Editor’s note: This is an open letter addressed to President Hockfield.
I appreciate your devotion to MIT and the leadership you provide. No doubt there are many things demanding your time. I would like to suggest that the PBE issue has reached a critical point, and your brief involvement is now necessary. There is a moral obligation here to do the right thing as this is significantly affecting many lives.
The toll exacted on the PBE undergraduates and its alumni already far exceeds any supposed infraction. The real crime here is that an outrageous punishment imposed through a clearly corrupt process is being allowed to stand. It is a blot on MIT’s reputation. It is not too late to remove that blot, but it is at a point where if it is allowed to stand any longer, the stain will not just set, it will spread. I appreciate that this is a complex issue, and understand your hesitation in getting involved, but the need for action from you is clear. I would greatly appreciate your efforts on behalf of my brothers.
If you were to simply suggest that through whatever means necessary, the prior judgment be retracted and a proper process be initiated to address the alleged infraction, the lives of our undergraduates could get back on track and they would be able to start to focus again on their academics rather than having to worry about getting thrown out of their beloved home at ol’ 400.
—Daniel Theobald, Phi Beta Epsilon ’93
President and CTO, Vecna Technologies, Inc.
Proposed dining plan must be changed
The new dining plan will require students in Baker, Simmons, McCormick and Next House to pay $3,800 a year for all-you-can-eat hot breakfasts and dinners. Upperclassman can opt for slightly reduced plans. For example, seniors and juniors are judged old enough to have the option of only prepaying five breakfasts and dinners a week, for $2,900.
The current plan requires students in dining dorms to pay $600 a year for half-price dinners. The House Dining Advisory Group (HDAG) wants to change it ostensibly because House Dining currently relies on subsidies from MIT, equal to about $140 per undergraduate (of which about a third live in a dining hall). But instead of raising dinner costs a little or improving efficiency, the HDAG wants to start charging each student thousands of dollars. Students don’t want this — in a recent student life survey, about half of students in dining dorms knew about the new dining plan, and of these only 8% approved of it. Why then is MIT planning to roll out this mandatory dining plan? To look after students, those helpless adults who don’t know how to feed themselves properly.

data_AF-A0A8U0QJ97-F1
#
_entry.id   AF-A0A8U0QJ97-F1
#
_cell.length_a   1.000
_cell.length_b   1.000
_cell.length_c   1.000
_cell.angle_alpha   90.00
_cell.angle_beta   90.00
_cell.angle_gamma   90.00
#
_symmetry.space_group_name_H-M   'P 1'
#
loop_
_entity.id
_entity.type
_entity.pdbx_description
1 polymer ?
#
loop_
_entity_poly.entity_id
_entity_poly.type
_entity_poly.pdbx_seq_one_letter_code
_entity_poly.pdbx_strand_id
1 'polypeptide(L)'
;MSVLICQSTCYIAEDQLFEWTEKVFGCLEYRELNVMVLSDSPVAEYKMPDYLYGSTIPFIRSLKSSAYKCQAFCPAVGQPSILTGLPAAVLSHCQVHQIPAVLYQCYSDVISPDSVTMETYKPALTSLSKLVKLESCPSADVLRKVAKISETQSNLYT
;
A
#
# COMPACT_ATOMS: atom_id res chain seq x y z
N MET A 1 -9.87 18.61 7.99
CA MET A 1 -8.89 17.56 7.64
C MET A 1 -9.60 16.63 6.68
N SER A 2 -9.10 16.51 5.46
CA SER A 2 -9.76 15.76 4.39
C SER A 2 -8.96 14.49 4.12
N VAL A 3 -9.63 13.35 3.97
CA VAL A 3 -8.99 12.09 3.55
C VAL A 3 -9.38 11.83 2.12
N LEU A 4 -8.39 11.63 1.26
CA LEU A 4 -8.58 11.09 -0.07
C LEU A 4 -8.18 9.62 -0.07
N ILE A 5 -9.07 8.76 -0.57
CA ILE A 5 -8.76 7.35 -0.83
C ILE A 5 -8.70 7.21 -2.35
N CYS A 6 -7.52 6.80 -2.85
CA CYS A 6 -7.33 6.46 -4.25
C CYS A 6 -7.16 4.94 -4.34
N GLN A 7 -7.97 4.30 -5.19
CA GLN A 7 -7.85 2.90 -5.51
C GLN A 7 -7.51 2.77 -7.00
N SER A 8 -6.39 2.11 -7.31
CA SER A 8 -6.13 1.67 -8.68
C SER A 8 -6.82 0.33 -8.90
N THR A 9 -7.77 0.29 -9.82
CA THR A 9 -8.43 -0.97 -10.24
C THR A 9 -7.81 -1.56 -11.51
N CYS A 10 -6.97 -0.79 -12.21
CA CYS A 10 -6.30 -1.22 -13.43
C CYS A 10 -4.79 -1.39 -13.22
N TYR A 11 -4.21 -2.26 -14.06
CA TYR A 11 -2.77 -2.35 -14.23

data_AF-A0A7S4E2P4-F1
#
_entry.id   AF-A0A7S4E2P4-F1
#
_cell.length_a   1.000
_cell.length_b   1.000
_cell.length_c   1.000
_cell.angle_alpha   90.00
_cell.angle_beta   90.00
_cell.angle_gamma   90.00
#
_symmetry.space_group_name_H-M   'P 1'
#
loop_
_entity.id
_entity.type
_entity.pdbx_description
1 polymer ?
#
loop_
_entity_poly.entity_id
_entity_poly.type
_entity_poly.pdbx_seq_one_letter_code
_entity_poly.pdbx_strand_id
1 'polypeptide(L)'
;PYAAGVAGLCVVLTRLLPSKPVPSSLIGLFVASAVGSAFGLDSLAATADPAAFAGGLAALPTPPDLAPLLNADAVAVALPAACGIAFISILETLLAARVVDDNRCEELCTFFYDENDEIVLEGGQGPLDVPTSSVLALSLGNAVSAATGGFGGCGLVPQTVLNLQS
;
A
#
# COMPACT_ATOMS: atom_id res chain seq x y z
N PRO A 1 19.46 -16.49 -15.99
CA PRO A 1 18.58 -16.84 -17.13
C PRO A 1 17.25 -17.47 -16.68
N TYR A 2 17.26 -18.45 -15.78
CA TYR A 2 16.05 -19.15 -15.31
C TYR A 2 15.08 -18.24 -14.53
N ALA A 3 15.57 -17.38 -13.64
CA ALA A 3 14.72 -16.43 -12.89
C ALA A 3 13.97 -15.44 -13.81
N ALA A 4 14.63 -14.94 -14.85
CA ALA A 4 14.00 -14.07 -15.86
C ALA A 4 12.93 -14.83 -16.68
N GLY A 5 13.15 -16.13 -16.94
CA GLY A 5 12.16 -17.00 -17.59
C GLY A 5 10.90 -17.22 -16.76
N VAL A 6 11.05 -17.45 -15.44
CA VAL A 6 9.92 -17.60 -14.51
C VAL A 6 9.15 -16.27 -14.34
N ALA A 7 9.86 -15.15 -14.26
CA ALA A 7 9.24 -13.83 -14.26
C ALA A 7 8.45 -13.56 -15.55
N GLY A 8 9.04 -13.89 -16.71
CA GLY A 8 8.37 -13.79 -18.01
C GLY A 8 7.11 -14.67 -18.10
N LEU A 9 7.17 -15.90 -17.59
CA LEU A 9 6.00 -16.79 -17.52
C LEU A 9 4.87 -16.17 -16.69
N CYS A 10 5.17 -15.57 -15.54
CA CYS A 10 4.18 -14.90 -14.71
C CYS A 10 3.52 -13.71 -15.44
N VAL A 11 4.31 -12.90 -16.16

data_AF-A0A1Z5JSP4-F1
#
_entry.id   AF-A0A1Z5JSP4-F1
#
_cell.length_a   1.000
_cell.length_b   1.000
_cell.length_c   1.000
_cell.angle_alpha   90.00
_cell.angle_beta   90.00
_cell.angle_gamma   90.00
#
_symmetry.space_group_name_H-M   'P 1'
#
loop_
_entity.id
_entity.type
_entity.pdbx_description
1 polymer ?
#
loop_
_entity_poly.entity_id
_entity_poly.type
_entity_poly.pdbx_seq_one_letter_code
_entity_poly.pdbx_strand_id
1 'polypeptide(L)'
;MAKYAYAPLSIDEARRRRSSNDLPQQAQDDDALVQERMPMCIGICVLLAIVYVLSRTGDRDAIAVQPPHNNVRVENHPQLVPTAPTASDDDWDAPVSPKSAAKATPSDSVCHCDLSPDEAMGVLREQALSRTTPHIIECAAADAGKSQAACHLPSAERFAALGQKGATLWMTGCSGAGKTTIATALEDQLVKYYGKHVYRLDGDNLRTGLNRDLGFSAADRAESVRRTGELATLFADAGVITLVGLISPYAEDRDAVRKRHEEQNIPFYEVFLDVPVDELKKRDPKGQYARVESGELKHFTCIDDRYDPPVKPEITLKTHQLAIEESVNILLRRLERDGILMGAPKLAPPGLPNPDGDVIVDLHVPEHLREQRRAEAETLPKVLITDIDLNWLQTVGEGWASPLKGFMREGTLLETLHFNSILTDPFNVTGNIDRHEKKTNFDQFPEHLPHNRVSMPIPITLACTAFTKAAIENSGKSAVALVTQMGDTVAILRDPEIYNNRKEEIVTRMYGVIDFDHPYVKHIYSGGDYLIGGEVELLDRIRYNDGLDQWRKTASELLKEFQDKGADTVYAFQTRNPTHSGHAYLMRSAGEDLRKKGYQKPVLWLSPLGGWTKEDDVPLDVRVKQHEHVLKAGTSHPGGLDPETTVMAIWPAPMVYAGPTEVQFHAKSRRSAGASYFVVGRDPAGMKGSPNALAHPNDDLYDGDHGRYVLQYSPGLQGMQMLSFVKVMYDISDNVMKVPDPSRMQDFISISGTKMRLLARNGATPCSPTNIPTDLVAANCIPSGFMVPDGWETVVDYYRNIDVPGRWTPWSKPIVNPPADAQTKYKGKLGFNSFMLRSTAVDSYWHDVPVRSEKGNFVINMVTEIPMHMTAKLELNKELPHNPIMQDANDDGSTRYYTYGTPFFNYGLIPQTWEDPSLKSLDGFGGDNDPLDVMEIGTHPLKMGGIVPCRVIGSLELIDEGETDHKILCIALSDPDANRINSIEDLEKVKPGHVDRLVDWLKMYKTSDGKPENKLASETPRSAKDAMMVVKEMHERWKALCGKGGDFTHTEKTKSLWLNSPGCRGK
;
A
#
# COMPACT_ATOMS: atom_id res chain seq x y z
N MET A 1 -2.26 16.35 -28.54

Consider the breakfast component of the plan. I’m a freshman. My breakfast consists of healthy cereal, milk and fruit. This costs me $1 a day and a weekly walk to the grocery store. Eating it in my room is very convenient — I can wake up at 10:50, eat, and go to my 11 a.m. class. House dining breakfasts would simply make my breakfast cost ten times as much, and give me nothing extra. There is no typical case, but students get up at a wide range of times, making house breakfasts often unusable. Plus, many already have easy ways of eating nutritiously, making house breakfasts unnecessary. Being required to pay thousands of dollars a year for the option of getting early morning pancakes at House Dining is, for the overwhelming majority of students, absolutely ridiculous.
The dinner portion of the plan is also broken. Already, nearly all students lose money on the $600 plan, because they sometimes prefer to eat at their FSILG, prepare food themselves, or go out and eat somewhere exciting. The new plan would simply add on a couple thousand dollars to the money students are already losing, or make them eat worse food.
HDAG should force the catering companies that provide house dining to conform to student interests, not the other way around.
—Nils Molina ’14